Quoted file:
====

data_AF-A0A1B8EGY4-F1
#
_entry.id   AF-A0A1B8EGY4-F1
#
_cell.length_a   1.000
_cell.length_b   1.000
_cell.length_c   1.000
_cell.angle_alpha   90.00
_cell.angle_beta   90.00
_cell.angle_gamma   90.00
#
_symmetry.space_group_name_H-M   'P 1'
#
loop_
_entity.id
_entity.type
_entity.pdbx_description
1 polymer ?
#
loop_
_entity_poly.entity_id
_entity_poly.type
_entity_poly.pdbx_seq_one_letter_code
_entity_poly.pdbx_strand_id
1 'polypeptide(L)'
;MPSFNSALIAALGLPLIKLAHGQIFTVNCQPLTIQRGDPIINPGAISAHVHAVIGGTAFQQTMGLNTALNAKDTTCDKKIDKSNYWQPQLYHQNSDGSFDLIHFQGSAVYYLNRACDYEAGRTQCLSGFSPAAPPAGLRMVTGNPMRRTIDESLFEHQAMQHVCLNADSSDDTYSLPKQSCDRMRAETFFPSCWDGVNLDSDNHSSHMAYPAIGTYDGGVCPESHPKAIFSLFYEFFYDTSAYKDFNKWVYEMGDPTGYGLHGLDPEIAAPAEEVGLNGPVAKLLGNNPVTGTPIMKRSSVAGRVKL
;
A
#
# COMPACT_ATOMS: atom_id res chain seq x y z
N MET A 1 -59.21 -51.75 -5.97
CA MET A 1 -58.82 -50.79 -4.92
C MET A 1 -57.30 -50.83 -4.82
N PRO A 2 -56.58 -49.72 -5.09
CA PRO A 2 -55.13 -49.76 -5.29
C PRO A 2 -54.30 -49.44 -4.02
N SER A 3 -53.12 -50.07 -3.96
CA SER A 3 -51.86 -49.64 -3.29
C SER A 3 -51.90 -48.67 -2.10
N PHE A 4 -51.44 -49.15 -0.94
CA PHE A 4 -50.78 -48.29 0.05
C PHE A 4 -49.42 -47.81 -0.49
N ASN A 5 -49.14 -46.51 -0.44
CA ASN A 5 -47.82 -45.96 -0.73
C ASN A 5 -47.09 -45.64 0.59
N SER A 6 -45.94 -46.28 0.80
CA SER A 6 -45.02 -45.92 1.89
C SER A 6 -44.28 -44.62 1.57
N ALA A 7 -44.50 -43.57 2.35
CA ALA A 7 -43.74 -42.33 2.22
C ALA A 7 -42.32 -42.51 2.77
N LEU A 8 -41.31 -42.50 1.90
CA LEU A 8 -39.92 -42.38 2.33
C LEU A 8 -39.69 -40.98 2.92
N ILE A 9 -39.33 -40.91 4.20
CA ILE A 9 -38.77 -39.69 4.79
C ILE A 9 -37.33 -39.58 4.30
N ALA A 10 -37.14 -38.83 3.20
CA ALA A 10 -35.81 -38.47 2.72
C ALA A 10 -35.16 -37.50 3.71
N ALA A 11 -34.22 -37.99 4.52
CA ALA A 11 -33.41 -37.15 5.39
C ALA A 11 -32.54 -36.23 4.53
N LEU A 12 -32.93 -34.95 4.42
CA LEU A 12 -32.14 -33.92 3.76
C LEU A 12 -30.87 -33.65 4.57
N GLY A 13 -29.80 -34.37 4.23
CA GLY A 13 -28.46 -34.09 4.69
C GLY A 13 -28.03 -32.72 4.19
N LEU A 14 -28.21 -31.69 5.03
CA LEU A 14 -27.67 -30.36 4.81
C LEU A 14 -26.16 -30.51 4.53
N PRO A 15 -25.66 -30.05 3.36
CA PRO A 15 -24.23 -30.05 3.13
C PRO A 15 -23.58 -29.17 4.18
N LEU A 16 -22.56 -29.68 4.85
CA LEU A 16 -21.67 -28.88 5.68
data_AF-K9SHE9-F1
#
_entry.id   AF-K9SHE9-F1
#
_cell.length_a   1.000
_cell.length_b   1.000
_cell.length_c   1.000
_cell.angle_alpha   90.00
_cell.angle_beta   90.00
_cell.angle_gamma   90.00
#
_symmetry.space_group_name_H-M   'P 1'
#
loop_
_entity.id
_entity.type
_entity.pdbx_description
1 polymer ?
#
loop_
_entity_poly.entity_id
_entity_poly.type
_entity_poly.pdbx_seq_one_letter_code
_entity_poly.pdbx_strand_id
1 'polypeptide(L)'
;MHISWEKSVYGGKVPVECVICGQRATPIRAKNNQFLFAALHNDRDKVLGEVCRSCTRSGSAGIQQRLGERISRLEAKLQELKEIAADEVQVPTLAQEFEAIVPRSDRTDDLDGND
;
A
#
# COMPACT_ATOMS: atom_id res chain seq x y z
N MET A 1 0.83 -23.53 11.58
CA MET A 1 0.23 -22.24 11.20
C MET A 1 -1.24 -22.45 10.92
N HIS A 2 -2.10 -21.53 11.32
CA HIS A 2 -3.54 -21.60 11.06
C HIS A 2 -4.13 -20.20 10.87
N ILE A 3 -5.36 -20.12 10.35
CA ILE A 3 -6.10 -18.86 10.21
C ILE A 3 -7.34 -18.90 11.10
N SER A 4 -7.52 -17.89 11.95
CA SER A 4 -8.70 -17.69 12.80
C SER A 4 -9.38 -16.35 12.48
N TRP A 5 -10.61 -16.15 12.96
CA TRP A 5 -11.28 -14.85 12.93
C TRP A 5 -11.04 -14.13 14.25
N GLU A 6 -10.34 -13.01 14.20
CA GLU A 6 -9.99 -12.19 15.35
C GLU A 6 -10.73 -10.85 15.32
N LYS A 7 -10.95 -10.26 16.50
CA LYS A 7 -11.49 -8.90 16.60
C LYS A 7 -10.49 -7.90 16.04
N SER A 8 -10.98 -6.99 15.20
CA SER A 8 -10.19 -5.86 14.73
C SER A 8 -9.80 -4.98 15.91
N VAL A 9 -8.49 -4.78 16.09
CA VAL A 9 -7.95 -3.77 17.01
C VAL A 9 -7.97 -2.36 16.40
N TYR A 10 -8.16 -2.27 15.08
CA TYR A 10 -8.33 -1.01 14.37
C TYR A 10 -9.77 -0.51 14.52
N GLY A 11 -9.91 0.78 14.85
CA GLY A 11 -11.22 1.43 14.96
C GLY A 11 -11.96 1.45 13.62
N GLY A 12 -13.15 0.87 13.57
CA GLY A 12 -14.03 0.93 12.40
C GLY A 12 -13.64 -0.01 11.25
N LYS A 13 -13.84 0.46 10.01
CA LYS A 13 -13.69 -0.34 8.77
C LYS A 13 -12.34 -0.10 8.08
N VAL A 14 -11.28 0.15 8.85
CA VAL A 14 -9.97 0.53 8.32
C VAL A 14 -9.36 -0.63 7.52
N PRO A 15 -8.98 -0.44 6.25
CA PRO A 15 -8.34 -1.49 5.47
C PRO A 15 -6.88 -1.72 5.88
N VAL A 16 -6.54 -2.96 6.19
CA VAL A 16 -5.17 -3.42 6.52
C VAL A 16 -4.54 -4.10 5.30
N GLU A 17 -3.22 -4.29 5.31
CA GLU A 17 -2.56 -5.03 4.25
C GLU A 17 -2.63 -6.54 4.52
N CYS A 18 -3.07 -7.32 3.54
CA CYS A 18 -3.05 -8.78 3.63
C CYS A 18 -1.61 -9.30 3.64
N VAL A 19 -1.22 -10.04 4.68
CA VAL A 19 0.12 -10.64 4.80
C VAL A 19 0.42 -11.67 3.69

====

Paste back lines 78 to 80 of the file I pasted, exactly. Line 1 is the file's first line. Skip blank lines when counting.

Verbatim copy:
data_AF-K9SHE9-F1
#
_entry.id   AF-K9SHE9-F1